Tuesday, February 20, 2007
Glycoproteins are proteins that have covalently attached sugar residues. One of the common linkages between the sugar(s) and the protein is an N-glycosidic likage between the -OH group of the sugar at C1 and the side chain of a an asparagine residue in the protein. The linkage is called an N-glycosidic linkage and the asparagine residue is part of a specific sequence within the protein where sugars will be attached.
The sugar residue shown here is a modified form of glucose called N-acetyl glucosamine or GlcNAc. Other kinds of sugars can be attached to proteins. Most of them are modified versions of the standard carbohydrates. Another example is N-acetylgalactosamine or GalNac (see Monday's Molecule #14).
As a general rule, a bunch of these sugars are strung together to form an oligosaccharide chain (see below) and it's this long chain that's attached to the protein to form a glycoprotein.
Glycoproteins are usually secreted proteins that normally function outside the cell. One of the roles of the attached sugars is to stabilize the folded protein in an exterior environment and another role is to protect the protein against degradation by shielding it from enzymes that degrade proteins.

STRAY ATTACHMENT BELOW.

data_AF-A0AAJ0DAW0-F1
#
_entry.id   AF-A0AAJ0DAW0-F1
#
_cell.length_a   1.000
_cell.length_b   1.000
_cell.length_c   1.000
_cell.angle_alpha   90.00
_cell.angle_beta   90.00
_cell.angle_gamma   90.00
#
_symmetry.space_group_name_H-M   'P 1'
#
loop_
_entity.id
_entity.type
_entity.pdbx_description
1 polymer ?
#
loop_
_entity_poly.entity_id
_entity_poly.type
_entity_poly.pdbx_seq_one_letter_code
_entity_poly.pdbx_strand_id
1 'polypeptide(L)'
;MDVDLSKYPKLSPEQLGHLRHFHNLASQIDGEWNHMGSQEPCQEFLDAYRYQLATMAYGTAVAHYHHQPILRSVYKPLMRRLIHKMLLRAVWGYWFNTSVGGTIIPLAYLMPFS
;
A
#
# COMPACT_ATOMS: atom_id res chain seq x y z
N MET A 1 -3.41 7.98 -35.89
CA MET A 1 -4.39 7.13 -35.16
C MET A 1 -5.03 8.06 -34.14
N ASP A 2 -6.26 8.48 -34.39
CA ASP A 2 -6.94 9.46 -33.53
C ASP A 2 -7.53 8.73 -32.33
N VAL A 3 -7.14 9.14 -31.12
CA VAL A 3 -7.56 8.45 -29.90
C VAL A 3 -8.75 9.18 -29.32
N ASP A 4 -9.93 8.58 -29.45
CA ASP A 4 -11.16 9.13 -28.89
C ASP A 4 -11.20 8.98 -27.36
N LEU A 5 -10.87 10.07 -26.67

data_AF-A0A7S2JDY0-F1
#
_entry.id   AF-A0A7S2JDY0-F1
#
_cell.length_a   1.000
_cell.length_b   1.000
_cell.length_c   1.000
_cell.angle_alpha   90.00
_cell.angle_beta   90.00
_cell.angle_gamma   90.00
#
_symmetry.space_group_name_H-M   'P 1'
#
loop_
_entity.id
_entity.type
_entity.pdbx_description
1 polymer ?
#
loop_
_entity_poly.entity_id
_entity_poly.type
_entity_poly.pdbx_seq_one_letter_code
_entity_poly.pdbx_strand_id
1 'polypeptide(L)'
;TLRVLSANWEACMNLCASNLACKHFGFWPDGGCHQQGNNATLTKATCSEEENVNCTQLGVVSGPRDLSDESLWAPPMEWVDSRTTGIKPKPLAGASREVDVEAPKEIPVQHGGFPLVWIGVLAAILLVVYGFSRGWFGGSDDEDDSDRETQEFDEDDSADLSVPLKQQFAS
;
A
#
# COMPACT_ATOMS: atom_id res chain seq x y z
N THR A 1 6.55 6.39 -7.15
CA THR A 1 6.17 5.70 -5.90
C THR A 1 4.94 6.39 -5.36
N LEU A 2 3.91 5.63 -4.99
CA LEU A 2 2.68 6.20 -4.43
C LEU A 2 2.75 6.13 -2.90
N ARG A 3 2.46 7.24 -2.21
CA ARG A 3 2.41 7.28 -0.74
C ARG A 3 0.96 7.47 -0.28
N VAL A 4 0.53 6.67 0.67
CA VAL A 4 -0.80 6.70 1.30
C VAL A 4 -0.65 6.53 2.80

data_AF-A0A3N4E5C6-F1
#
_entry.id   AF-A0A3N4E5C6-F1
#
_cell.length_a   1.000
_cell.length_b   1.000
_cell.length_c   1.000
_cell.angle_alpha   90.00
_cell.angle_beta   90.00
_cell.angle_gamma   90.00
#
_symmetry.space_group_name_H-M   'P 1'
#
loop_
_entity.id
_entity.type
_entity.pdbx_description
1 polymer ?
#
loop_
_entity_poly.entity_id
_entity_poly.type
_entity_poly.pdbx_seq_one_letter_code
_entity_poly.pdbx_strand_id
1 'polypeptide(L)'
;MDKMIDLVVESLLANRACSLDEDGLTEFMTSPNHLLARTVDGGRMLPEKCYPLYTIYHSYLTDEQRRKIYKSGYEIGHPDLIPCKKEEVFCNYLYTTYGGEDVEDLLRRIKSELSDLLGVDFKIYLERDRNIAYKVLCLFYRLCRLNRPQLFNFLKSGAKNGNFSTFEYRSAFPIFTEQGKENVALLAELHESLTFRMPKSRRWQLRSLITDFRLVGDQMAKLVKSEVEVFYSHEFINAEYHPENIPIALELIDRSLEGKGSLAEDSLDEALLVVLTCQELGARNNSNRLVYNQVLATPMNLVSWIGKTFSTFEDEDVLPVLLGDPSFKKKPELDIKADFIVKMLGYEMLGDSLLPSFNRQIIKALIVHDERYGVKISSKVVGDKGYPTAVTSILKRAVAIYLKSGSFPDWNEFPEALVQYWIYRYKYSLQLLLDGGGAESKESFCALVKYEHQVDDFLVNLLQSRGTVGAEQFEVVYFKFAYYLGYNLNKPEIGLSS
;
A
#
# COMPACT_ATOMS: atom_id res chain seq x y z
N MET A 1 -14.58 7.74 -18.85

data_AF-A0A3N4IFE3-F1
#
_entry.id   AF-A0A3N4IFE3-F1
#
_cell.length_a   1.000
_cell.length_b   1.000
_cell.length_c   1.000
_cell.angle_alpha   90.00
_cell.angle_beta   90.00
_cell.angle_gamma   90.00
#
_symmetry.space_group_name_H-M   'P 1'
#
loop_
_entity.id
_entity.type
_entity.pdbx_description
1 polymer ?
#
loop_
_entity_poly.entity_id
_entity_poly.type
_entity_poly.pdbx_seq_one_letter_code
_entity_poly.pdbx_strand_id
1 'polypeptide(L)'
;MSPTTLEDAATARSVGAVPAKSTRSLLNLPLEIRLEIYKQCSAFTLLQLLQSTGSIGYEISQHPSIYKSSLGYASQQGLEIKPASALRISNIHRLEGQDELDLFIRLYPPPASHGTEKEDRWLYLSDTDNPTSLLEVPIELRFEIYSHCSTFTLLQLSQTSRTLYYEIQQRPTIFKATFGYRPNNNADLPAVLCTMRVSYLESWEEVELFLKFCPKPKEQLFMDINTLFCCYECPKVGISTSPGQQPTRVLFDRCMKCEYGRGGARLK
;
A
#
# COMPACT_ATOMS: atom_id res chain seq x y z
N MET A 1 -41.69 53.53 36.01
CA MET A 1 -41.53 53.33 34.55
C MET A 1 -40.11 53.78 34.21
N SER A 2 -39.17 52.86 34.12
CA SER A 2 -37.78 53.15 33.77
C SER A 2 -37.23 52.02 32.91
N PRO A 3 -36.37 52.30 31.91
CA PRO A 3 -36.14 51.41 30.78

Most secreted glycoproteins have a specific kind of polysaccharide decoration that's added by specific enzymes in the lumen of the endoplasmic reticulum. (Recall that secreted proteins are imported into the ER were they are then targeted for secretion though small vesicles that carry them to the cell membrane.) An example of a typical oligosaccharide chain is shown below. The common part, called the "core", is shown in red. Note that there are many different kinds of sugars and the oligosaccharide can have branches. The strange looking code (e.g., β-(1→4)) describes the specific type of linkage between sugar residues.
Many secreted glycoproteins are inserted into the outer membrane of the cell. This results in a cell surface that bristles with a protective covering of complex carbohydrates.